The competition watchdog is attempting to smash open an alleged egg cartel, claiming farmers in the $1.7bn industry were encouraged to manipulate profits by artificially decreasing supply.
The Australian Competition and Consumer Commission has alleged an overt plot to prematurely kill hens or bury their eggs as part of a coordinated industry plan. ACCC chairman Rod Simms says he views the conduct “very seriously” despite the fact the arrangements were not successfully implemented.
The ACCC has instituted proceedings against the industry’s peak body, the Australian Egg Corporation (AEC), three of its directors and several other egg companies over the alleged scheme.
In proceedings lodged with the Federal Court, the ACCC alleges the cartel conduct took place between November 2010 and February 2012.
It claims that in November 2010, the AEC encouraged farmers to kill hens two weeks prematurely until mid 2011 to avoid flooding the market and incurring a catastrophic commercial return.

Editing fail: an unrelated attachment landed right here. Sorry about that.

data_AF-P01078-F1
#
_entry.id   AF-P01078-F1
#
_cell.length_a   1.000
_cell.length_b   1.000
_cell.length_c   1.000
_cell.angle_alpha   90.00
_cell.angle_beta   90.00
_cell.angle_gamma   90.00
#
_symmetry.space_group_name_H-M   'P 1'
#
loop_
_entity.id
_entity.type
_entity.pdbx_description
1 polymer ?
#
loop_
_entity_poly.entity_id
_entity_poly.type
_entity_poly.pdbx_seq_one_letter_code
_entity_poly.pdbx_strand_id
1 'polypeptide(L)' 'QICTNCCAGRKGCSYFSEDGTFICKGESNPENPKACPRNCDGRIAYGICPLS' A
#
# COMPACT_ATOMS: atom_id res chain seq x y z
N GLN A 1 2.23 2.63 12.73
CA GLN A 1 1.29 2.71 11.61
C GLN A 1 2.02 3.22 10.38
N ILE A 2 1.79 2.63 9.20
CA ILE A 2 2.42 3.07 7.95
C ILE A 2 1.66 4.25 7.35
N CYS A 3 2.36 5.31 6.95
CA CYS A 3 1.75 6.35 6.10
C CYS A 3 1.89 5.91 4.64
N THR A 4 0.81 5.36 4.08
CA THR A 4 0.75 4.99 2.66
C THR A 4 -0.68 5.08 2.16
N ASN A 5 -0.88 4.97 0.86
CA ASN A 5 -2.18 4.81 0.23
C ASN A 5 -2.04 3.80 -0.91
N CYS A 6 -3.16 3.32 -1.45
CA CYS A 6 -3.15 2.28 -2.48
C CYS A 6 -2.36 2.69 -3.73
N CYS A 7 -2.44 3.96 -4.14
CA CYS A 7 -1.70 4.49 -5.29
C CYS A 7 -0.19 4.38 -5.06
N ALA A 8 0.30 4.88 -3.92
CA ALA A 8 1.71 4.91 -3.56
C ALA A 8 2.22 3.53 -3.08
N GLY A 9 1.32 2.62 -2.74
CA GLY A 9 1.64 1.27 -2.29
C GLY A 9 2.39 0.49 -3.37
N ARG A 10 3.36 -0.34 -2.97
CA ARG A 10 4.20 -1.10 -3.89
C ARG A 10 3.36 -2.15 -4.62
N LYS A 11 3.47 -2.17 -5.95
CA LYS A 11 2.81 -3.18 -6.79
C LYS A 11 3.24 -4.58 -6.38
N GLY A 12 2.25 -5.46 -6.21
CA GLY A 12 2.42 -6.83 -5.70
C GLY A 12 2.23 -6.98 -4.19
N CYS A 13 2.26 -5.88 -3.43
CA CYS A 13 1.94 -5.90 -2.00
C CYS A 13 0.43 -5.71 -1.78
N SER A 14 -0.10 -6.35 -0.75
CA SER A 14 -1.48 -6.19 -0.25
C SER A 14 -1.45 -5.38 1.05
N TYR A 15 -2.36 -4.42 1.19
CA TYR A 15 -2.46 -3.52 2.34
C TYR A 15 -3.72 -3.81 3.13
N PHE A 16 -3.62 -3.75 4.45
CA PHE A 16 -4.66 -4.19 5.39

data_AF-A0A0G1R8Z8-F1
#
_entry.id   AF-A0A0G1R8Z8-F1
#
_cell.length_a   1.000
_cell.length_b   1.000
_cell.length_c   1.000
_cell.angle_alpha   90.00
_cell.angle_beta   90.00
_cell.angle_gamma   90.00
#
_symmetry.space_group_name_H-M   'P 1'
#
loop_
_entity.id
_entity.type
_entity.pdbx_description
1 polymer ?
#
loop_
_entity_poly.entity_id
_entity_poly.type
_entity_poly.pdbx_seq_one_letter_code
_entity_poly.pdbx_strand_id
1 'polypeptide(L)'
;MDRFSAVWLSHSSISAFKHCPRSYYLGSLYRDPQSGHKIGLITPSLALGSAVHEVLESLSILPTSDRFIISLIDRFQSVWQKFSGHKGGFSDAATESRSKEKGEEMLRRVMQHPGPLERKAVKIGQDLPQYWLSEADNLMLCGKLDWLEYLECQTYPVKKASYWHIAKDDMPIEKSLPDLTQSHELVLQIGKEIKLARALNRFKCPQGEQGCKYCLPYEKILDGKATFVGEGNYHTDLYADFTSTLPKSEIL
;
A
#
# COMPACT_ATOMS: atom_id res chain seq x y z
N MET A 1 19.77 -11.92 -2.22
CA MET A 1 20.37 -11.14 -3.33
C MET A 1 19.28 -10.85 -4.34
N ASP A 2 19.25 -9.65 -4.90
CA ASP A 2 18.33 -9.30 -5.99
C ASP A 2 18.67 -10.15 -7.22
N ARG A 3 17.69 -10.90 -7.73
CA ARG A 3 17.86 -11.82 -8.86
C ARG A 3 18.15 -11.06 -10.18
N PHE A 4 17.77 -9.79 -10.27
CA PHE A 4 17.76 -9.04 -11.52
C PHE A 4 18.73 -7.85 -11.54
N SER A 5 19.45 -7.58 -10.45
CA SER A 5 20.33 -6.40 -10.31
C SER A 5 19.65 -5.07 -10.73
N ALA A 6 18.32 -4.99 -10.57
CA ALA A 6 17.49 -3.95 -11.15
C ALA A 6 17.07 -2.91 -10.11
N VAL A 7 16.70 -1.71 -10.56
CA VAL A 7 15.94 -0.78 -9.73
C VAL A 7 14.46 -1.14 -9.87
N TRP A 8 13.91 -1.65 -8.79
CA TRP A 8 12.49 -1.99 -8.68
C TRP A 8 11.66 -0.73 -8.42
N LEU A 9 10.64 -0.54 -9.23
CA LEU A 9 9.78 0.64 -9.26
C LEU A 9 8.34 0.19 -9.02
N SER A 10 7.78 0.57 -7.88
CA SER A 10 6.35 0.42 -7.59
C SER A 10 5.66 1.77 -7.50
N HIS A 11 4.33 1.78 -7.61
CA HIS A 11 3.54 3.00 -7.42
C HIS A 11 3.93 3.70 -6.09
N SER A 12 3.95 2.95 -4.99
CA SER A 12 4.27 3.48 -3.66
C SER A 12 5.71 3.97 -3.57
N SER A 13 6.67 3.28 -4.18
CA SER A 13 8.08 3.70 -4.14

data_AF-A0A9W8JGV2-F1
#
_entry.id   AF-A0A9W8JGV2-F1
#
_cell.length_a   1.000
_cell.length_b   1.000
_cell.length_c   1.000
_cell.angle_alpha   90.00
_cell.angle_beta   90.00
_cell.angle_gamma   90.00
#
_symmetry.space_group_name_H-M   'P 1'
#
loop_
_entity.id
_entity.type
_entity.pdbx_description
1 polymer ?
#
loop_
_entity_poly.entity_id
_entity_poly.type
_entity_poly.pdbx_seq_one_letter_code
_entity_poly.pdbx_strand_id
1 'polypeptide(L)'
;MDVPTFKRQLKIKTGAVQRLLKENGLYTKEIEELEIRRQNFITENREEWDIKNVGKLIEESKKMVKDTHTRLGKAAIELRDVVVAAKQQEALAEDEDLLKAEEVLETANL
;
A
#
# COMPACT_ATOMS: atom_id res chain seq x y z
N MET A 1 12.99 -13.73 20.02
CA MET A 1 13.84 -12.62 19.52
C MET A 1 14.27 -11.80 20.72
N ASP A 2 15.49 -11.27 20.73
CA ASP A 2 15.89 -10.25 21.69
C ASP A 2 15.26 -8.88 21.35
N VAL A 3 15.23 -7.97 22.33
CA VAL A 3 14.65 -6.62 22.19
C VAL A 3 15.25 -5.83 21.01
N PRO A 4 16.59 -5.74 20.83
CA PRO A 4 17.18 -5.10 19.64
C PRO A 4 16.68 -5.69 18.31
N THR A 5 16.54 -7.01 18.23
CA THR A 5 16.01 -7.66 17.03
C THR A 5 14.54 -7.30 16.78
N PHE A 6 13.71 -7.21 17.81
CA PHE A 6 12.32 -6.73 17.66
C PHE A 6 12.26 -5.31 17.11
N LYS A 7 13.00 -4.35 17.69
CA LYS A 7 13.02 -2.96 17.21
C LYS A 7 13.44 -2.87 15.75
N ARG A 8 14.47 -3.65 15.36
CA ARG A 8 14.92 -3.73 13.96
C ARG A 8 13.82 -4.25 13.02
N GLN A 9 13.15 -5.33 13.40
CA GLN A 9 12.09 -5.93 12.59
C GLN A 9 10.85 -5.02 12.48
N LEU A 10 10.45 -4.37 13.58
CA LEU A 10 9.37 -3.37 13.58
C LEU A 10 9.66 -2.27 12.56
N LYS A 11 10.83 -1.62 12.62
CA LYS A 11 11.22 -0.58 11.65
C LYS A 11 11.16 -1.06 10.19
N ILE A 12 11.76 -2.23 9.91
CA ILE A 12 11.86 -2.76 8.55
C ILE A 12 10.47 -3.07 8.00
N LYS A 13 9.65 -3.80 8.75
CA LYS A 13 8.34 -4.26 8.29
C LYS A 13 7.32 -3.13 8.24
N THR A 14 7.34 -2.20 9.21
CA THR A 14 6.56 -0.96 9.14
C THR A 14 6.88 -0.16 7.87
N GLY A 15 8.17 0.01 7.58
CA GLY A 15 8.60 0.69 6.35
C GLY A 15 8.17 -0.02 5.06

In February 2012, AEC managing director James Kellaway is alleged to have encouraged producers to fast-track slaughter dates, donate eggs or dispose of eggs via “dumping/burying”. Farmers were informed that production had peaked the previous September at 33 million dozen eggs and was set to continue unless supply was reduced in a coordinated manner.
The AEC released a statement saying it had co-operated with the watchdog’s investigation and would remain co-operative throughout the legal proceedings. However, it declined to comment on the substance of the case.
The other directors targeted by the watchdog include Jeffrey Ironside and Zelko Lendich. The ACCC is seeking to have Mr Kellaway banned from running a company for two years with one year bans for Mr Ironside and Mr Lendich.